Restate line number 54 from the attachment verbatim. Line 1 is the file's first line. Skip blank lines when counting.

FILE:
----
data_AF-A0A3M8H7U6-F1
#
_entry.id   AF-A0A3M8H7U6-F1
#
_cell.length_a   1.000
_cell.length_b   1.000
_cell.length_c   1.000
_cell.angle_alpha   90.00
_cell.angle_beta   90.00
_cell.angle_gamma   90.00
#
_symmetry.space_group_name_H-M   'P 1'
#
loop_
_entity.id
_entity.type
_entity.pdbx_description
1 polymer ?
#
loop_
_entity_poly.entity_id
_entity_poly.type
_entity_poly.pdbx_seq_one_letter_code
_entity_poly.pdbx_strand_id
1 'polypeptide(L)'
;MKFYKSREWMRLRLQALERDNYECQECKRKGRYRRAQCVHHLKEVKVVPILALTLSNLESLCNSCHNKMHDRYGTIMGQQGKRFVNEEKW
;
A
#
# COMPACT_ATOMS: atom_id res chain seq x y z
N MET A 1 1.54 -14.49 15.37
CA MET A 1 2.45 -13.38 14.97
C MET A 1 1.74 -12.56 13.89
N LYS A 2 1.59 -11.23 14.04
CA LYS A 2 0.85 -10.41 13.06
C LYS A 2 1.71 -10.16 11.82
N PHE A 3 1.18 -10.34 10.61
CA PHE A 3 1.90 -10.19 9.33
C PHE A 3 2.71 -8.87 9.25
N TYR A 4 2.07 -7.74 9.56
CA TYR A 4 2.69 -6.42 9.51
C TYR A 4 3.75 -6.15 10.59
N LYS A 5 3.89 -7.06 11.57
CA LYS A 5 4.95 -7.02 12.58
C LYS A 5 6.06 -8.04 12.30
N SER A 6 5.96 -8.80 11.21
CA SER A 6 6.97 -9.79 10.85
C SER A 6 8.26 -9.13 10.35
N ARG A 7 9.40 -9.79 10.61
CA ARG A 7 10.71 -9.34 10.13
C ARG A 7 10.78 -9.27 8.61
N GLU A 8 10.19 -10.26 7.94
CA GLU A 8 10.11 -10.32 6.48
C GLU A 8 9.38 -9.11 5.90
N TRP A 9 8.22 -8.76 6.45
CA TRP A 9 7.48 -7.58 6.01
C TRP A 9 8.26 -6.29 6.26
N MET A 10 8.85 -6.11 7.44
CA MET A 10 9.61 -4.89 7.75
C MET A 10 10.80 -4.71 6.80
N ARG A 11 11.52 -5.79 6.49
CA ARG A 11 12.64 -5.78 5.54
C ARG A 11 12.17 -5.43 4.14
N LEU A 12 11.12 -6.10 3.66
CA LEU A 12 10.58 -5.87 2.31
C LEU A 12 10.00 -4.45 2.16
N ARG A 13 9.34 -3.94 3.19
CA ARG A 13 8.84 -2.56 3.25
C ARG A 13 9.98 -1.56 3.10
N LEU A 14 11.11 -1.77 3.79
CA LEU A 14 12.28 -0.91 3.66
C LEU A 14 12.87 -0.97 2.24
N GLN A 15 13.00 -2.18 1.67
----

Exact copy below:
C GLU A 8 9.38 -9.11 5.90